This is precisely the opposite of how government was supposed to work.
In Federalist No. 46, James Madison posited that members of Congress would "generally be favorable to the States" from which they sprang, rather than toward the federal government. The federal government had to be part-time, given the distances between the states and the time required to travel. Politicians generally ended up in Washington, D.C., for just a few years in the early days of the Republic. That part-time government led to smaller government. Representatives showed up to vote on issues of major import to their constituents; then they went home to live among those who voted for them.
With the dramatic increase in ease of transportation and the incredible decrease in the amount of time required to travel between far-flung areas of the United States, representatives began spending more and more time in Washington and less and less time in their home districts. The first session of Congress, which lasted from March 4, 1789, to March 3, 1791, ran a grand total of 519 days. During the 109th Congress, lasting from Jan. 4, 2005, to Dec. 8, 2006, Congress was in session for a whopping 692 days.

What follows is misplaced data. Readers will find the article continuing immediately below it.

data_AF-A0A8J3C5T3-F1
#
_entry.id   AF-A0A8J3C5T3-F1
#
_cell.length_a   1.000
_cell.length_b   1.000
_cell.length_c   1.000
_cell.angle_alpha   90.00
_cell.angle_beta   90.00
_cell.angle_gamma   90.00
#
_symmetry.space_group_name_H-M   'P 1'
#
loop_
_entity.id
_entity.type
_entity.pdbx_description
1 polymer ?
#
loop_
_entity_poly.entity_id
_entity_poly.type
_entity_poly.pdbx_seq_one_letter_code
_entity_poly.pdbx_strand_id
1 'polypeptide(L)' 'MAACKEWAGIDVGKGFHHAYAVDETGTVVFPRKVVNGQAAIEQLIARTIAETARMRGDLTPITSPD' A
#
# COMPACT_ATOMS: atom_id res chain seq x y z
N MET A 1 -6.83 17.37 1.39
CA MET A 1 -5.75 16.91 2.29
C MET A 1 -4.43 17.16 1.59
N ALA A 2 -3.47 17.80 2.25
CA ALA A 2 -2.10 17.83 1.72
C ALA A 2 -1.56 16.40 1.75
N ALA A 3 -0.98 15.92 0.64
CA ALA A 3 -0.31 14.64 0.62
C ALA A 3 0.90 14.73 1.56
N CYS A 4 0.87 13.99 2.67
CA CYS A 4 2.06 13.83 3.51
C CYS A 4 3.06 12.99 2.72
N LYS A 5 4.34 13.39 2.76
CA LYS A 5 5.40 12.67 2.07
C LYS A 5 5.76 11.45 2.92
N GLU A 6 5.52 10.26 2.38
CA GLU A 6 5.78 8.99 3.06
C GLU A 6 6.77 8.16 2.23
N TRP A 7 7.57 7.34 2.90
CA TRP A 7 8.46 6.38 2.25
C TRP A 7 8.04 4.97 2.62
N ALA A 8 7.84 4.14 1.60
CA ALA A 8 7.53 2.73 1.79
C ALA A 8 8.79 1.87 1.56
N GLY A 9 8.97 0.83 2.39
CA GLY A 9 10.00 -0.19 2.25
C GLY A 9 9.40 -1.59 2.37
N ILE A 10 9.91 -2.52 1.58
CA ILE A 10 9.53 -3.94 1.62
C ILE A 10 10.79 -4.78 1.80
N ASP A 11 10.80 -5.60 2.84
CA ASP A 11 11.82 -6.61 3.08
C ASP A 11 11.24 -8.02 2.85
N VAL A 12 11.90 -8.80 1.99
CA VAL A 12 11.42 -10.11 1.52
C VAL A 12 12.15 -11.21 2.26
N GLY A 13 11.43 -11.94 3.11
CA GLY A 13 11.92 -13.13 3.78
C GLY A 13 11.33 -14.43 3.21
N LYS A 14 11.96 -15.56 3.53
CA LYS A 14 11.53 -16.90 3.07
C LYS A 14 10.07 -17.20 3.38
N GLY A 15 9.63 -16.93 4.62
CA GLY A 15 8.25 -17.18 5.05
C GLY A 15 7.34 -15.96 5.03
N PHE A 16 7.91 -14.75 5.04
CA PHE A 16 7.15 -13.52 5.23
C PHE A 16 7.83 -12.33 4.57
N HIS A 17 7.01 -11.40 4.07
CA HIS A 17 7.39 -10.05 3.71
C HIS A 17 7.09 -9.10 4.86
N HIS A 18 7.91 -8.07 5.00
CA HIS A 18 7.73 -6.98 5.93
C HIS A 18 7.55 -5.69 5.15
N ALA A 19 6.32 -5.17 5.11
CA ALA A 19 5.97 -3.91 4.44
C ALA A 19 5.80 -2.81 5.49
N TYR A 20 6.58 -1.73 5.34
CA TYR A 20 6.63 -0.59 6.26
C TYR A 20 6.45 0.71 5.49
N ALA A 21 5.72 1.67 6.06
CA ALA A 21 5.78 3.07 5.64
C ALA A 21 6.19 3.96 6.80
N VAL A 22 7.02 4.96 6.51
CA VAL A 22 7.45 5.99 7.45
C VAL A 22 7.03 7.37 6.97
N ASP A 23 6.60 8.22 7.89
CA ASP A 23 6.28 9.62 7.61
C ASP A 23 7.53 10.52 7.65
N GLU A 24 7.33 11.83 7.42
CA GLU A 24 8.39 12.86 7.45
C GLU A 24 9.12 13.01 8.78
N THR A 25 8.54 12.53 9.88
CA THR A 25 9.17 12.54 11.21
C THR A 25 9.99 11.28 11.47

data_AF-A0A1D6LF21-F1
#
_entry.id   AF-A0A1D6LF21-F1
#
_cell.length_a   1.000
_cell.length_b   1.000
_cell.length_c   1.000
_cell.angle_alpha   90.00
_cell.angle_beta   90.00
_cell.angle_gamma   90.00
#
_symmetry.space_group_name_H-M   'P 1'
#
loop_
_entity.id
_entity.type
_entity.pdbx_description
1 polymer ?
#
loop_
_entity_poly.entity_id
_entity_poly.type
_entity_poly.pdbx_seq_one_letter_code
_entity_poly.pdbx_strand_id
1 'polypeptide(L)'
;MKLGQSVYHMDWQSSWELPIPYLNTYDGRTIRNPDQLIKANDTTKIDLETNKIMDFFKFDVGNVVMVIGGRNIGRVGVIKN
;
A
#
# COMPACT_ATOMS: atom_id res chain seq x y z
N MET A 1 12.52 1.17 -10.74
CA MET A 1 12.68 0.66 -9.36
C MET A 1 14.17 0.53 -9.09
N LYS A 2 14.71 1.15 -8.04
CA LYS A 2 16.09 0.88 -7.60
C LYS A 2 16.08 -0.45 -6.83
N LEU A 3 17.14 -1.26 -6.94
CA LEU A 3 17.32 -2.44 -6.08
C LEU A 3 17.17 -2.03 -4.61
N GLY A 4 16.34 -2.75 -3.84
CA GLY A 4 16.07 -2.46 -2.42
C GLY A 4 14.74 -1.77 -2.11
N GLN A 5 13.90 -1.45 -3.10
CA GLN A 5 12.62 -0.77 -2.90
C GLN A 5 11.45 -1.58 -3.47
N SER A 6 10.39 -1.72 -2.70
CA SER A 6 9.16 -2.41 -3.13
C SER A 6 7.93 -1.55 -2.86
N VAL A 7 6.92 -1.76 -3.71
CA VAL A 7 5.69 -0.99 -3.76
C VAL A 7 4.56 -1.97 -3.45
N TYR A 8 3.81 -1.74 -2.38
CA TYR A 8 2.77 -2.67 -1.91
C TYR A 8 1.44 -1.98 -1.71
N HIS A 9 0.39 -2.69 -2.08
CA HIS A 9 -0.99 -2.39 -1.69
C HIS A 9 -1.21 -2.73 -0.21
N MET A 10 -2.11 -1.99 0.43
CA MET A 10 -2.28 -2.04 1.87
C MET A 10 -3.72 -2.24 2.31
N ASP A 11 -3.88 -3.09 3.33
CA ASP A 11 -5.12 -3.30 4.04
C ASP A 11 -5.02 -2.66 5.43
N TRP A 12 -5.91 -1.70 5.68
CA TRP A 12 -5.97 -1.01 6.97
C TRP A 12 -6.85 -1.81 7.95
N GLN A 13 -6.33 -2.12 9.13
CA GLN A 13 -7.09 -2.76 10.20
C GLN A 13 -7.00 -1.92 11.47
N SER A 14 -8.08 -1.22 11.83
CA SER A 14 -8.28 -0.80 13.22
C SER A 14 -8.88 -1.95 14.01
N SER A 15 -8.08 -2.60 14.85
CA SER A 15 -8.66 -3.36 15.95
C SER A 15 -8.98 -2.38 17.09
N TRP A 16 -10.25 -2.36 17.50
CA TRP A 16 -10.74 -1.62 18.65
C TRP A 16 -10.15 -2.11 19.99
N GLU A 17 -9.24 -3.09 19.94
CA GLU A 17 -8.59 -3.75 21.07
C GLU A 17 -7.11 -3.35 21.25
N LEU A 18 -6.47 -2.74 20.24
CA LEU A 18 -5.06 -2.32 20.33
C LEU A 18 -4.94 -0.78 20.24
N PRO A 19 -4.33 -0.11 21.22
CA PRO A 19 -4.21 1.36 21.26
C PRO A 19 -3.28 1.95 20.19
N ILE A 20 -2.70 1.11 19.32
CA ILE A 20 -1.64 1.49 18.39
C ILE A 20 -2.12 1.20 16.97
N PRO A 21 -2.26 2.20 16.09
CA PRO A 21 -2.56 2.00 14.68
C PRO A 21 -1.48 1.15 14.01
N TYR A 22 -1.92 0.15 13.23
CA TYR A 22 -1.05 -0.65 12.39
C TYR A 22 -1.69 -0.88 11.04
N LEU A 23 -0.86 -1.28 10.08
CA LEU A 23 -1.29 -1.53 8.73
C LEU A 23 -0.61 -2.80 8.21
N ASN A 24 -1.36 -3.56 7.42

And Congresspeople spent more of that time in D.C. Many Congresspeople spend their weeks in Washington and fly home on weekends, if that often. Approximately eight in 10 Congresspeople spend more than 40 weekends per year in their districts, according to the Congressional Management Foundation and the Society for Human Resource Management.
This has a predictable impact: Congresspeople do not fear their constituents. They simply don't see them often enough to fear them. That's why Democrats crammed through Obamacare in the dead of night over the Christmas holiday -- they hoped to escape the wrath of their constituents. Members of Congress have more in common with the people they hobnob in Washington, D.C., than they do with the people they're supposed to represent.